For most people, gods are supports in their lives. Gods help you become stronger, better, and more able bodied in your day to day life and various ventures. Usually, gods force us to become more than we were when they found us. This is why so many people get shoved into shadow work and pits and rivers when the gods show up at their doorsteps.
Usually, this is for the better. Usually, this makes the person a better, more well rounded person. But sometimes, I think that gods can take us to places that perhaps we’re not really wanting to go. Or that sometimes, a god can cross a line that damages the relationship beyond repair.
So what do you do when a god chews you up and spits you out?
I mean, who do you ask for help with on that? I certainly don’t know anything about cases of it in antiquity. And most of our big name Kemetics don’t even seem to have the problem. Hell, most temples give you a god to worship as soon as you walk through the door.
Based on that alone, I would wager that most Kemetics don’t have this problem.
But it has to happen to some of us, right? You know, when you get tired of a god’s machinations and scheming, or the said god’s schemes push us to a point where we or our ethics can’t handle it.
What do you do when the gods push the line too far, push you too far, and you find your patience for it all dries up and disappears? Do you run away? Tell the god in question to pound sand? Do you suck it up and trudge forward? What happens when your relationship with a deity or set of deities becomes so broken that you’re not sure it’s ever going to fix? And why hasn’t modern Kemeticism addressed this at all?
And more importantly- should we?
We all like to talk about how gods can be difficult. Or how they can rip your life apart- but we never seem to address the other end of this particular problem. You know, when the ripping apart of your life becomes excessive or fruitless, or when a god falls through on their end of the deal. Any physical relationship between two people has the potential to go south, or to sour. Can a relationship with a god do the same?
And if so, how do we address this in the future? What do we tell practitioners who have been essentially burned or broken by the gods?
Over the course of the past few years, I’ve usually seen only two responses to the practitioner whose deity might be going too far:
- That could never happen. X god doesn’t do that, you must be mistaken.
- What did you do to cause that to happen? (a type of victim shaming).
And while its possible that either of these could be the cause for things to happen, certainly not every case falls into these categories. Because of this, I think that many practitioners never say anything when a god goes too far. The fear of being ostracized from their religious community is too stressful for them, and so they suck it up, cry in the corner and never breath a word of it.
They go unnoticed, and the problem never gets discussed or addressed.
I personally think it needs to be addressed.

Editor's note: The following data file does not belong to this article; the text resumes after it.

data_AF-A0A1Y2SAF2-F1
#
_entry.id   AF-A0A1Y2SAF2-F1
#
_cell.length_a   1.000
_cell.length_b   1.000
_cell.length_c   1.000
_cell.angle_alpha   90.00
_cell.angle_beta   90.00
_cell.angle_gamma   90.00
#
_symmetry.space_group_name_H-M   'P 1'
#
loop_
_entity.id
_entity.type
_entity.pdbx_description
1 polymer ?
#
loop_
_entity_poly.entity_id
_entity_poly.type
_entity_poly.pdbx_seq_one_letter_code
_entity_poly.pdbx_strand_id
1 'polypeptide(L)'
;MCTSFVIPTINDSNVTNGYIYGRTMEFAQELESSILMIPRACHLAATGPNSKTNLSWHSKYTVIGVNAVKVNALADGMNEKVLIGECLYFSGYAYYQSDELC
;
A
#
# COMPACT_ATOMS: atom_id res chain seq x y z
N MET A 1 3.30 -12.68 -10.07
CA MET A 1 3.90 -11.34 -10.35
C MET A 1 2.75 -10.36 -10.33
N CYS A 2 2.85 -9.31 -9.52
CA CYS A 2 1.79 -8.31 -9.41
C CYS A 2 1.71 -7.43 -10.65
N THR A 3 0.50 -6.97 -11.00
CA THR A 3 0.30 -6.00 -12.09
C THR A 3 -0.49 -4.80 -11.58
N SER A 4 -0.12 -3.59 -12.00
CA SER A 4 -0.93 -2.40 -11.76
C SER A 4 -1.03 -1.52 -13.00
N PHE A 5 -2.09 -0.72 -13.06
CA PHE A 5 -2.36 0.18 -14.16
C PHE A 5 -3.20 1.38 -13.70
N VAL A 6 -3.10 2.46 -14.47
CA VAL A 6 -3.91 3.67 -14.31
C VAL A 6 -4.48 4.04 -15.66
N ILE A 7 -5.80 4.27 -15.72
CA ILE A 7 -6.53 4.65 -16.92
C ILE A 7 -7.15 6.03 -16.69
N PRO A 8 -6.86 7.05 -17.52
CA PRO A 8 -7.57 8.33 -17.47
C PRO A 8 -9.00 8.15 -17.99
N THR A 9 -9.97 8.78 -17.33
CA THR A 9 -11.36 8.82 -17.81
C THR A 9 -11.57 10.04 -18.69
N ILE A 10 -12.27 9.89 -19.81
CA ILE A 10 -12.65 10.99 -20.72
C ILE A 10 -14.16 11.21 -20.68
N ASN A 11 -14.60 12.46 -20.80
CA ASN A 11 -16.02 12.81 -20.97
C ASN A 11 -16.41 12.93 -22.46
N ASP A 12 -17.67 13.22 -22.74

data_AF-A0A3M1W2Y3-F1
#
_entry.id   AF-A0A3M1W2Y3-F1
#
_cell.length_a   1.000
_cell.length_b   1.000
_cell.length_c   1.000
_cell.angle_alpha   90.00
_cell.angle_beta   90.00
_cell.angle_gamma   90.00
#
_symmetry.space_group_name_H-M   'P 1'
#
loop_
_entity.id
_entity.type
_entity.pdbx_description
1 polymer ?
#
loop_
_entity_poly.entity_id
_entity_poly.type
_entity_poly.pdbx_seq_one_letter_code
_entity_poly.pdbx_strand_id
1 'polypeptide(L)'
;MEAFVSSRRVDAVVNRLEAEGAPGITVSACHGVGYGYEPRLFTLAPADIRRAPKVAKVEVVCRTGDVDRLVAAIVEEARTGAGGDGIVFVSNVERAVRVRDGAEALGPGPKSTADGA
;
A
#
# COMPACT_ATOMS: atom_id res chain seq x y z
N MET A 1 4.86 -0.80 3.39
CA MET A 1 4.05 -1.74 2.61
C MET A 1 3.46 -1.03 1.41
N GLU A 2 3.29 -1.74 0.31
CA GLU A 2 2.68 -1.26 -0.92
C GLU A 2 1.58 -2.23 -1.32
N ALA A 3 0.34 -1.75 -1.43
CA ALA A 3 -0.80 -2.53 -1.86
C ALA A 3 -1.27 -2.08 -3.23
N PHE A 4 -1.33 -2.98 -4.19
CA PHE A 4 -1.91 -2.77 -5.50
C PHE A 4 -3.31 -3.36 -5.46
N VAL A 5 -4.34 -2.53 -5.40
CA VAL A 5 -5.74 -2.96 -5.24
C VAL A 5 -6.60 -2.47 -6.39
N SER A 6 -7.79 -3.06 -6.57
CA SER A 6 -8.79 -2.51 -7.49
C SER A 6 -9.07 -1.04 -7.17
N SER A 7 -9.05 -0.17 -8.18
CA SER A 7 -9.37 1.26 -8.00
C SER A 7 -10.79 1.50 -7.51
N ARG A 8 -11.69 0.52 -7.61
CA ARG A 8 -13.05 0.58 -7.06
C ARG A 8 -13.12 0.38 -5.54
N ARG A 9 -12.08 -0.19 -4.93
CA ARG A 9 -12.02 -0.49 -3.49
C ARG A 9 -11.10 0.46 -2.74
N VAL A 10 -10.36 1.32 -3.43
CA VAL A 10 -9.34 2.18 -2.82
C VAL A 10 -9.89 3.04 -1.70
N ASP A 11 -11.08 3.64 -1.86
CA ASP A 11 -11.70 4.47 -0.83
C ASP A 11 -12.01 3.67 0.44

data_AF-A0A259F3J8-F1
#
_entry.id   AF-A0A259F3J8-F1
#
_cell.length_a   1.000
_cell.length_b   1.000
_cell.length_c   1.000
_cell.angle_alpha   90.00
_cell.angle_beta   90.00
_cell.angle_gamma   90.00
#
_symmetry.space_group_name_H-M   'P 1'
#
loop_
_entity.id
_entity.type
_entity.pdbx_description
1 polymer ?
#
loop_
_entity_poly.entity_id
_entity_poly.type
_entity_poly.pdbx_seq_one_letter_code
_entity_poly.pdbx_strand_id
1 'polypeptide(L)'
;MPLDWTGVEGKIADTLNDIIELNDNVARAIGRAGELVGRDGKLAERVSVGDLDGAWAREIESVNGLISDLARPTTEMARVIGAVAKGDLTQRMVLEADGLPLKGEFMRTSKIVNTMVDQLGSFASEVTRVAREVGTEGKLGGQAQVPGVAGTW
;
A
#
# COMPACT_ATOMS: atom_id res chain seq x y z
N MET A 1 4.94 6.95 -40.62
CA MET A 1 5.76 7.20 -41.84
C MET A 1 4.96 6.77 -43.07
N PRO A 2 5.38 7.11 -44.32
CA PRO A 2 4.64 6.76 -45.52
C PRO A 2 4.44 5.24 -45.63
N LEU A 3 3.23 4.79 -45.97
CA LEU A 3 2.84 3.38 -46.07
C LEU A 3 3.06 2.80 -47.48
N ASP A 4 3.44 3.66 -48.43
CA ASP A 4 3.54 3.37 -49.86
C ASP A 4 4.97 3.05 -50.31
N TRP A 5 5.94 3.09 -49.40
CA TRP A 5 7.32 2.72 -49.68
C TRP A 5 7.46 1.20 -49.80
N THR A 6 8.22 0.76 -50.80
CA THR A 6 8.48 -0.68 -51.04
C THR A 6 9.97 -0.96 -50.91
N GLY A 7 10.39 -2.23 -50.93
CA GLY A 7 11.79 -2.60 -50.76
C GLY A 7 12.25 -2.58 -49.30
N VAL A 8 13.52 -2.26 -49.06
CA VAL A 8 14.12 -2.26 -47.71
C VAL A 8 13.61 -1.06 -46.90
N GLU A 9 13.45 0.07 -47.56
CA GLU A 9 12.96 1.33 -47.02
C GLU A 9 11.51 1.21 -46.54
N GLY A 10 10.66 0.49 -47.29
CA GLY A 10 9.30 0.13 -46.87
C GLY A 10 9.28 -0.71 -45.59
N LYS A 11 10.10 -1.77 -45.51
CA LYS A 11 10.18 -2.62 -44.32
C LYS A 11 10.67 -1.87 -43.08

We can’t, in good conscience, tell people that gods are always right as rain and filled with sunshine and rainbows. Our own mythology says otherwise (Djehuty likes to kill people who get too knowledgeable, for example. Apparently Pinch has an example of Anubis killing a lector priest who knew about Osiris sending out demons to start civil war within Egypt [Pinch, Geraldine. _Egyptian Myth: A Very Short Introduction_. Oxford University Press: New York, 2006. p 42]). Gods can be jerks. They may live off of ma’at ideally, but its been shown that sometimes they fall through- not only with mortals, but with themselves. This world is not perfect, NTR are not perfect. And if we are to be the community that we say we are, we can’t instantly assume that a practitioner that has been burned is in the wrong. We can’t stand behind such a hypocritical statement as to believe that on one hand- gods are capricious and can be jerks, but on the other hand- there is no way that they could ever “go too far, so you must be wrong”.
Therefore, it stands to reason that some aspect of this needs to be addressed – and yet, we haven’t.
So consider this my raising of the banner, my way of pointing at the elephant in the corner. This is a discussion that we need to have, so I allow me to make an opening statement to get the discussion going.
I believe that gods can go too far. I do believe that gods can cross lines that they shouldn’t. I believe that practitioners that have been burned need a safe place to discuss these things so that they can work out what the best way to proceed should be. I believe that we as a community need to keep an open mind when it comes to gods, and to stop pushing people to choose gods as soon as they decide to try this Kemetic thing out.
I believe that gods need an asterisk next to their names to remind us that they can have hidden agendas, hidden motives, and come with fine print that you may or may not agree with. We need to challenge our ideas as to what these gods are really like, and we need to question why we persist in clinging to concepts of ‘all-good, all-knowing, all-loving’ Gods when we are already know that to be false (see mention of mythology above).
As a community who works with gods that have proven to be less than ideal in the past, I believe that we need to discuss how we should be working with these entities, and how we can work on perfecting protocol that allows us to keep our own autonomy and safety as we begin to forge relationships with these deities. As well as working on showing people that it is okay to discuss when a god goes too far, because even if it hasn’t happened yet- it’s not a matter of if, but a matter of when.
Have you ever witnessed a god going too far? Do you believe that it can happen? What would you do if one of your deities pushed you too far?